In this step, Faraday looks for differences between the demographic makeup of the pipeline’s eligible population and the subgroup receiving the highest scores. The predictions are then adjusted to align more closely with the desired fairness objectives.

This method allows for the correction of biases that may have been present in the original predictions, promoting a more fair distribution of outcomes across different demographic groups. By incorporating fairness considerations after the initial predictions are generated, prediction this re-ranking contributes to developing machine learning models that exhibit improved fairness and reduced problematic disparity in their decision-making processes.

Mitigating harmful bias with Faraday

As of the publication of this article (February 2024), Faraday currently allows for bias detection and mitigation for the age and gender dimensions (these features are often referred to as protected classes or Dimensions Of Concern).

When you define a propensity outcome in Faraday, you can choose how you want the system to handle bias:

  • No mitigation: The outcome fairness is only reported as part of the outcome dashboard. No further transformation is applied to ensure that protected classes are treated fairly. This is perfectly appropriate in cases where the product or service being sold is intrinsically linked to certain demographic groups.

  • Equality: This mitigation strategy ensures that demographic patterns are similar between the eligible population and the target group (those with the highest scores). For example if “young adult, women” represent 25% of your eligible population, we ensure that any population targeted from the pipeline will contain 25% of “young adult, women”.

    The chart below depicts the effects of historical data bias mitigation using the “equality” setting with three populations (A, B, C). Population A is underrepresented in the customer data (attainment population)—30% are customers vs. 47% in the overall population while B and C are both overrepresented. The mitigation process ensures that in the target group, population A accounts for 47% while B and C account for their original 14% and 39% respectively.

    Equality bias mitigation

  • Equity: This mitigation strategy “inverts” bias so that populations that were historically underrepresented are now instead prioritized.

    In the example below, the customer group (attainment cohort) consists of 30% of population A, 20% of population B, and 50% of population C. The equity mitigation is going to promote the underrepresented populations A and B at the expense of population C. The target population will contain 37% of A, 47% of B, and 16% of C.

    Equity bias mitigation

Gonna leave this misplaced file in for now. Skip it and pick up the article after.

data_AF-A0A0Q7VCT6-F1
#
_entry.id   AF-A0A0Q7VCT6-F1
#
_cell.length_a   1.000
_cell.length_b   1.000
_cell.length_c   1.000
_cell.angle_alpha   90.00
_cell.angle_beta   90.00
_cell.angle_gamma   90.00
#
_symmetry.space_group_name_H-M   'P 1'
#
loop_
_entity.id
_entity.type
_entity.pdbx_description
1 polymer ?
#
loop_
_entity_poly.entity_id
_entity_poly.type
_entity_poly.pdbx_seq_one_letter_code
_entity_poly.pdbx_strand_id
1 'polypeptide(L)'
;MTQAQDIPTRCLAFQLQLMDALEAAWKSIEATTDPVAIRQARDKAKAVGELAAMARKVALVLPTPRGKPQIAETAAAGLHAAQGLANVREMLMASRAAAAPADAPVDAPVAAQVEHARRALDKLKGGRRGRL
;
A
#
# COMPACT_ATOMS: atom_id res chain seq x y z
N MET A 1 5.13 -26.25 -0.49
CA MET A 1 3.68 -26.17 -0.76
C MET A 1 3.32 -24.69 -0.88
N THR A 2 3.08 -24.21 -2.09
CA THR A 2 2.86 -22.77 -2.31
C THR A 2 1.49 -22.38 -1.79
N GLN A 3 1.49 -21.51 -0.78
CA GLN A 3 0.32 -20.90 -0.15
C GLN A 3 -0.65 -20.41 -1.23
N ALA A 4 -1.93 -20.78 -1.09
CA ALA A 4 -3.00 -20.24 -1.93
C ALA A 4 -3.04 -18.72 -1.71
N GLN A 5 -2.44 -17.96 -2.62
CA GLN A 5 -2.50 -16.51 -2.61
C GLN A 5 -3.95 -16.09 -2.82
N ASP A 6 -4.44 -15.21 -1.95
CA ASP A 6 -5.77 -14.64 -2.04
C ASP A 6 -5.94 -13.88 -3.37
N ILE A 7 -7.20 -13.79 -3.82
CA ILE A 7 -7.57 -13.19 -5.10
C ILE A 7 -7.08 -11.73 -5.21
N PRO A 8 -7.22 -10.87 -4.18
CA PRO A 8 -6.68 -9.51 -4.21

Note that when mitigating bias, Faraday will consider all dimensions simultaneously, leading the system to consider subpopulations like “young adult, women” and “middle-aged men.”

Does mitigating bias hurt performance?

Because the bias mitigation process necessarily alters the ranking and promotes sub-populations with otherwise lower predicted scores, it can reduce lift.

That said, the impact is often small. The top two graphs below depict the impact of equality mitigation on Gender. The lift curve for the un-mitigated model is only slightly better than the one for the mitigated model. The main difference lies in the 20% to 40% score percentile range with lift in that range decreasing from ~300% to ~220%.

The two bottom graphs show the mitigation at work. On the left, the un-mitigated model will create a target group with 2x too many males.

After mitigation, the graph on the right shows only a slight discrepancy between the fair proportion of each gender, within 3%. This is a significant fairness improvement over the initial target population breakdown with only a minor reduction in performance.

Bias mitigation comparison

Why mitigate bias?

Bias isn’t inherently harmful. Earlier in this article, we touched on innocuous bias that occurs when products or services are explicitly designed for and marketed toward certain groups, like a womens’ swimwear brand marketing mostly to women. It’s the other, harmful–and often hidden–bias that should be surfaced and mitigated.

With Faraday, bias mitigation is easy. If you find that a predictive outcome you created has bias that you want to mitigate, simply create a new outcome using the same cohorts of people, toggle mitigation on for the sensitive dimension in question, select your mitigation strategy, and save the outcome. Once it finishes building, compare the bias report from the un-mitigated outcome with the report from the mitigated outcome. Alternatively, use the bias_mitigation object with the API call to create an outcome.

Bias mitigation comparison

It’s in the best interest of anyone developing or using AI to do so responsibly. Whether you’re using generative AI for email copy and creative, predicting customer behavior like we walked through in this article, or something else entirely, you should be wary of the existence of bias in the data that the algorithms are using, and how it impacts who you market and sell to. By employing responsible, explainable AI, you can build a foundation of trust between not only yourself and your customers, but between your business and your data.

Responsible AI isn't just good business–it’s the right thing to do.